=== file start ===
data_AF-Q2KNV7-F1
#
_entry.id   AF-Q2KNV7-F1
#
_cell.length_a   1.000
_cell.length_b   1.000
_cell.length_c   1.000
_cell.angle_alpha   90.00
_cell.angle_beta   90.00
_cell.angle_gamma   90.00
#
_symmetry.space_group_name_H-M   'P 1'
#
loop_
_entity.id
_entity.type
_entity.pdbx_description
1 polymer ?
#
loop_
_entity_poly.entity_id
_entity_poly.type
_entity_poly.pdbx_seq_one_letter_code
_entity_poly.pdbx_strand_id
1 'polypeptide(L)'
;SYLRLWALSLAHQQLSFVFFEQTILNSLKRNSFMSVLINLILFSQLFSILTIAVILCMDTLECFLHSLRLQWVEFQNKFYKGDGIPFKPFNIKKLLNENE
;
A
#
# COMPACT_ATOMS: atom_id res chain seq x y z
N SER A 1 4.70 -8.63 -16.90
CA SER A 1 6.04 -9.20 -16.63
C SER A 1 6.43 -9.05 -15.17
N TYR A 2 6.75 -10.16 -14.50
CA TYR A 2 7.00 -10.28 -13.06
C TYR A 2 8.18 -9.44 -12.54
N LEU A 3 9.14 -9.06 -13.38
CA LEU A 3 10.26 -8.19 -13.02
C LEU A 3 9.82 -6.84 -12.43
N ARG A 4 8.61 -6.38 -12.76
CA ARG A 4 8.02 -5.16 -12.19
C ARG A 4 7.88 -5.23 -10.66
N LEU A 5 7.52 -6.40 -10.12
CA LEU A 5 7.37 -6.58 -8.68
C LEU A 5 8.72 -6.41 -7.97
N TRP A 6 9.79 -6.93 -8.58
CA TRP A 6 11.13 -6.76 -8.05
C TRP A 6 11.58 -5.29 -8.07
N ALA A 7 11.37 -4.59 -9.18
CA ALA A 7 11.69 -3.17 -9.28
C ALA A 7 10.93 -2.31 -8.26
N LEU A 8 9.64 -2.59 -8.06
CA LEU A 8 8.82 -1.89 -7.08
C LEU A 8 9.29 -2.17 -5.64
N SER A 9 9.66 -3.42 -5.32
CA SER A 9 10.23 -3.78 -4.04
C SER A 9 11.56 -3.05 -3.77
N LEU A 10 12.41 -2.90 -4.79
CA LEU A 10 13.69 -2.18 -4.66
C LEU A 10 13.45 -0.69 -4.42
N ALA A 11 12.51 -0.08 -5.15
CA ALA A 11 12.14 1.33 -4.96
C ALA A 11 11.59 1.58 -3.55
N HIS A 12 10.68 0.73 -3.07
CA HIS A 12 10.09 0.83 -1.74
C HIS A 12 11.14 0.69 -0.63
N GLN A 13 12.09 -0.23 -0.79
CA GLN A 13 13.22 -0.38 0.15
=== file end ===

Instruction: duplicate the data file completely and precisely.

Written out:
data_AF-Q2KNV7-F1
#
_entry.id   AF-Q2KNV7-F1
#
_cell.length_a   1.000
_cell.length_b   1.000
_cell.length_c   1.000
_cell.angle_alpha   90.00
_cell.angle_beta   90.00
_cell.angle_gamma   90.00
#
_symmetry.space_group_name_H-M   'P 1'
#
loop_
_entity.id
_entity.type
_entity.pdbx_description
1 polymer ?
#
loop_
_entity_poly.entity_id
_entity_poly.type
_entity_poly.pdbx_seq_one_letter_code
_entity_poly.pdbx_strand_id
1 'polypeptide(L)'
;SYLRLWALSLAHQQLSFVFFEQTILNSLKRNSFMSVLINLILFSQLFSILTIAVILCMDTLECFLHSLRLQWVEFQNKFYKGDGIPFKPFNIKKLLNENE
;
A
#
# COMPACT_ATOMS: atom_id res chain seq x y z
N SER A 1 4.70 -8.63 -16.90
CA SER A 1 6.04 -9.20 -16.63
C SER A 1 6.43 -9.05 -15.17
N TYR A 2 6.75 -10.16 -14.50
CA TYR A 2 7.00 -10.28 -13.06
C TYR A 2 8.18 -9.44 -12.54
N LEU A 3 9.14 -9.06 -13.38
CA LEU A 3 10.26 -8.19 -13.02
C LEU A 3 9.82 -6.84 -12.43
N ARG A 4 8.61 -6.38 -12.76
CA ARG A 4 8.02 -5.16 -12.19
C ARG A 4 7.88 -5.23 -10.66
N LEU A 5 7.52 -6.40 -10.12
CA LEU A 5 7.37 -6.58 -8.68
C LEU A 5 8.72 -6.41 -7.97
N TRP A 6 9.79 -6.93 -8.58
CA TRP A 6 11.13 -6.76 -8.05
C TRP A 6 11.58 -5.29 -8.07
N ALA A 7 11.37 -4.59 -9.18
CA ALA A 7 11.69 -3.17 -9.28
C ALA A 7 10.93 -2.31 -8.26
N LEU A 8 9.64 -2.59 -8.06
CA LEU A 8 8.82 -1.89 -7.08
C LEU A 8 9.29 -2.17 -5.64
N SER A 9 9.66 -3.42 -5.32
CA SER A 9 10.23 -3.78 -4.04
C SER A 9 11.56 -3.05 -3.77
N LEU A 10 12.41 -2.90 -4.79
CA LEU A 10 13.69 -2.18 -4.66
C LEU A 10 13.45 -0.69 -4.42
N ALA A 11 12.51 -0.08 -5.15
CA ALA A 11 12.14 1.33 -4.96
C ALA A 11 11.59 1.58 -3.55
N HIS A 12 10.68 0.73 -3.07
CA HIS A 12 10.09 0.83 -1.74
C HIS A 12 11.14 0.69 -0.63
N GLN A 13 12.09 -0.23 -0.79
CA GLN A 13 13.22 -0.38 0.15